You may have never heard of them, but they definitely have your email address. They are the Yahoo-Yahoo Boys; the young Nigerian men who cut wide swaths of cash by preying on the naiveté of moneyed Westerners vis a vis their dreaded 419 emails. ...But if you check your spam folder right now you might notice that it is slightly lighter these days. That's because it's been a tough week for Nigeria’s most infamous internet enthusiasts. Due to the week-long strike action that took place in response to the government’s decision to remove a national fuel subsidy, it has become increasingly difficult for the Yahoos to extract funds from their “clients”. [...] The Yahoos' disposition towards #OccupyNigeria is also worth paying attention to because 419 culture is essentially a street-level microcosm of the institutional corruption that has plagued Nigeria for the past forty years. And although the Yahoos are often blamed for distorting Nigeria’s image abroad, they've also become part of the cultural fabric.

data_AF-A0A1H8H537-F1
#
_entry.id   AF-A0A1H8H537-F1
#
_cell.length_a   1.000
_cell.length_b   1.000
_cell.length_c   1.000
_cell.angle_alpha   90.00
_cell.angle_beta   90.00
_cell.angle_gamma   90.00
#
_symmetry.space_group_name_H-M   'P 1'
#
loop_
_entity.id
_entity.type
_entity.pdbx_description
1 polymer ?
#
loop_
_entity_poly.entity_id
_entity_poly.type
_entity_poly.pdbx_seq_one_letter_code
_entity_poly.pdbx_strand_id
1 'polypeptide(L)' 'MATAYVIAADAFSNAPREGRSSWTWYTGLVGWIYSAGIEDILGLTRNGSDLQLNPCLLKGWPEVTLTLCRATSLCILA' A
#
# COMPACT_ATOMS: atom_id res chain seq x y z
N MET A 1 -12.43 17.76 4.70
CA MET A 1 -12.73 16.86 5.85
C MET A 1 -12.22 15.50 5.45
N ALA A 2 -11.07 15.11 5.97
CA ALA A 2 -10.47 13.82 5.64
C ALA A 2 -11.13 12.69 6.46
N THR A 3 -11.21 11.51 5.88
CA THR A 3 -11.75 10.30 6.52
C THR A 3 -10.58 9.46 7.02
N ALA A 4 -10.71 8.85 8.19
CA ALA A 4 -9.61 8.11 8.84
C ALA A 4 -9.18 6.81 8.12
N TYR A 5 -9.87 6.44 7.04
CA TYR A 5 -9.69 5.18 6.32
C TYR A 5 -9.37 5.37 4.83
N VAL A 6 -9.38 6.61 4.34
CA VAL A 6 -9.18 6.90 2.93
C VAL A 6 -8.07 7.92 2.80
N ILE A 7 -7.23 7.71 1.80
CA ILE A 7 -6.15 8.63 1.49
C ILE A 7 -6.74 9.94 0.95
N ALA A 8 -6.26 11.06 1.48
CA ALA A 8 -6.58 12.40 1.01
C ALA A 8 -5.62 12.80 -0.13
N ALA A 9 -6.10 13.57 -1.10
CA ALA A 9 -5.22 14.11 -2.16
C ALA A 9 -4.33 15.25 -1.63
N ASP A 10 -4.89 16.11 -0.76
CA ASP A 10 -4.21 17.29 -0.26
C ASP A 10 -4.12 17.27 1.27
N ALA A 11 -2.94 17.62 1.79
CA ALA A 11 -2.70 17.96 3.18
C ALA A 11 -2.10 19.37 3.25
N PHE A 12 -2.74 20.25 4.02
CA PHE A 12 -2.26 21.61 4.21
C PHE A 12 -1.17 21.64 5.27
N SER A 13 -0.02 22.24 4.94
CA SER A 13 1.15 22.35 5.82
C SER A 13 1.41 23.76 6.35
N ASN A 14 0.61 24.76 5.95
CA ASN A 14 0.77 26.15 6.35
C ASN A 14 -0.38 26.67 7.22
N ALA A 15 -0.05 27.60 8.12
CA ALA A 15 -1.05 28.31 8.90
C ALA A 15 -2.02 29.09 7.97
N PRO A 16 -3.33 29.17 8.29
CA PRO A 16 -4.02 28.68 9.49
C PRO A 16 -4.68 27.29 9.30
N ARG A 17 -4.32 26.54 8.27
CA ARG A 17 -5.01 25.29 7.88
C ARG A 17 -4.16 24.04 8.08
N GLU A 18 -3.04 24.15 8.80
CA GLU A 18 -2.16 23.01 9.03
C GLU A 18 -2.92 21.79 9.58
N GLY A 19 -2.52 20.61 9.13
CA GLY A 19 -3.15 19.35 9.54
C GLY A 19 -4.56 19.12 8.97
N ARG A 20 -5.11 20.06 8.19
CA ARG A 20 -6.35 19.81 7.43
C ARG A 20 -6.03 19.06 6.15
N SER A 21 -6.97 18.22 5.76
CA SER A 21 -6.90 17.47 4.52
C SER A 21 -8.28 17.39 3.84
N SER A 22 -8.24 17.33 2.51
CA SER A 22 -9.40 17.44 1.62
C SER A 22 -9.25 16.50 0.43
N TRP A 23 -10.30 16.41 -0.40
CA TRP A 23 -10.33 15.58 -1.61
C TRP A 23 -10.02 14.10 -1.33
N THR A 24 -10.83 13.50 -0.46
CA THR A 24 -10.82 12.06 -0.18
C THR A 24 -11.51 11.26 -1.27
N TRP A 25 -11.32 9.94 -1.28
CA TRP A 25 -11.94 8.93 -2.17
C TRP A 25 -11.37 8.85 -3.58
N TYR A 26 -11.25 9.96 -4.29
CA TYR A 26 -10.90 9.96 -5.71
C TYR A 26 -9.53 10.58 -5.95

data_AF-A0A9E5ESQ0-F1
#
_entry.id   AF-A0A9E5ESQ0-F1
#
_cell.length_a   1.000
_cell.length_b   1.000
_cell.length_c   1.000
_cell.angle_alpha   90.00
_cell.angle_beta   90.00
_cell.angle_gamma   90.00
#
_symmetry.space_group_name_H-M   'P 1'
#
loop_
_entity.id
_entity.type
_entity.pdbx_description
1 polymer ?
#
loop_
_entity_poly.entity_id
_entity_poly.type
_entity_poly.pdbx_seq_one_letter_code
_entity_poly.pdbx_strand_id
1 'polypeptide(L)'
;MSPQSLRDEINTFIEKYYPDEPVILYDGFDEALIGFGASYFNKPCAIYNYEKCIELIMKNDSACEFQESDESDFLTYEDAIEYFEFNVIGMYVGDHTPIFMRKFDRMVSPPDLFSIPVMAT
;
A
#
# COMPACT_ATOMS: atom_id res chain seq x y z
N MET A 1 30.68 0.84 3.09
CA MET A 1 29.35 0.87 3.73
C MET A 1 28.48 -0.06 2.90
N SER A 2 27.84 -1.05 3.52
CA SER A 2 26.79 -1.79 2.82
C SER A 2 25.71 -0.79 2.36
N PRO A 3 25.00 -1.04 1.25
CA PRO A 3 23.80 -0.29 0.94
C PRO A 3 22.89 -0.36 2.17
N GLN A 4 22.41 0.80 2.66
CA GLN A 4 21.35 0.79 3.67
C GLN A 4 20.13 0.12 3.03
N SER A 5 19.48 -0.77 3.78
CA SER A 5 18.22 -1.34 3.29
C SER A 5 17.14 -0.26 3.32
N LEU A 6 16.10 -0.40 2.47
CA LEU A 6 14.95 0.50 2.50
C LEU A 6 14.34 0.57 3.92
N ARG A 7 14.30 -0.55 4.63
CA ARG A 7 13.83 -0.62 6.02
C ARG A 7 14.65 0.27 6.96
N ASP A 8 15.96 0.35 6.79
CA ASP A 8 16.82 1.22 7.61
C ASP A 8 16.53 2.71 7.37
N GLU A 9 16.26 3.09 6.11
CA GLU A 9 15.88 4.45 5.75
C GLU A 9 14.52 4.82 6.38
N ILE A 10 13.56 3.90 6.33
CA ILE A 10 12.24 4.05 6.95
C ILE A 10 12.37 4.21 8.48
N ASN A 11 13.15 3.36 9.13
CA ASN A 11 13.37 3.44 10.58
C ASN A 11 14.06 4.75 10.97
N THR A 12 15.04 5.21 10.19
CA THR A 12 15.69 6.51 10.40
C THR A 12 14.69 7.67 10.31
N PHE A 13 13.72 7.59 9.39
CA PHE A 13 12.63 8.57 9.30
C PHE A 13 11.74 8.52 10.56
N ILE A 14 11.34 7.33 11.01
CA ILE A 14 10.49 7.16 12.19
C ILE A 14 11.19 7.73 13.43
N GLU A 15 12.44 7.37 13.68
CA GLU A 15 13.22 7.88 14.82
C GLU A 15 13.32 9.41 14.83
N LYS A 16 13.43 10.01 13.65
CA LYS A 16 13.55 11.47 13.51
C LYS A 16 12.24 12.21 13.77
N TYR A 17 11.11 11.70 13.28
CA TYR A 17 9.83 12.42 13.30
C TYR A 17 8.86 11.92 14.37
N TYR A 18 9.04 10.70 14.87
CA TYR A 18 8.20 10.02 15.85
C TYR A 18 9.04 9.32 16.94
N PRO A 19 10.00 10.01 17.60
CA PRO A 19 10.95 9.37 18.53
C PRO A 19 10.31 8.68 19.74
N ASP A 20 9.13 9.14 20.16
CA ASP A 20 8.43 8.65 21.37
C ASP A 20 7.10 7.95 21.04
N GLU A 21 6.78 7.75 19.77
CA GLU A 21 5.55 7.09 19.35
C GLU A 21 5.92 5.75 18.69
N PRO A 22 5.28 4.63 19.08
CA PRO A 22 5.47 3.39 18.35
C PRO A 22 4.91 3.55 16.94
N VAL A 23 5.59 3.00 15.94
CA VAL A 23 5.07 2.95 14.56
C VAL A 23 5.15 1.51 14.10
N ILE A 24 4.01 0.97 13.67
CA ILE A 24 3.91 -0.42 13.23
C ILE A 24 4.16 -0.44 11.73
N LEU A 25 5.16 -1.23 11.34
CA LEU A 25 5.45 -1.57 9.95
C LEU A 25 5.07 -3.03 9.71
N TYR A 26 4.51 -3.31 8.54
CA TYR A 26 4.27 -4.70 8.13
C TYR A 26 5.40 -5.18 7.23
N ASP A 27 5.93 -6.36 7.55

Randolph Carter received an interesting proposition over email. A Nigerian politician offered the scholar a once in a lifetime business opportunity that could provide wealth for both parties if Carter could make a small initial investment. Carter needed the money to finance his research into obscure Polynesian cultures, especially references to a strange god named "Cthulhu"... [more inside]
"i accept the fact that i am GUILTY… and will not hesitate to be prosecuted when the law catch up with me… and i know my God will forgive because i pray to him to replenish the pockets of my clients with double of whatever they loss" Mike Nash has a surprisingly frank chat with a 419 scammer.
Anatomy of a 419 Scam. A detailed blow-by-blow account of how an otherwise intelligent and ordinary human being is suckered into losing a grand of his own money.
Still getting those Nigerian scam spams? Brad Christensen is too -- but he seems to be enjoying them. (And he's not the only one, either.)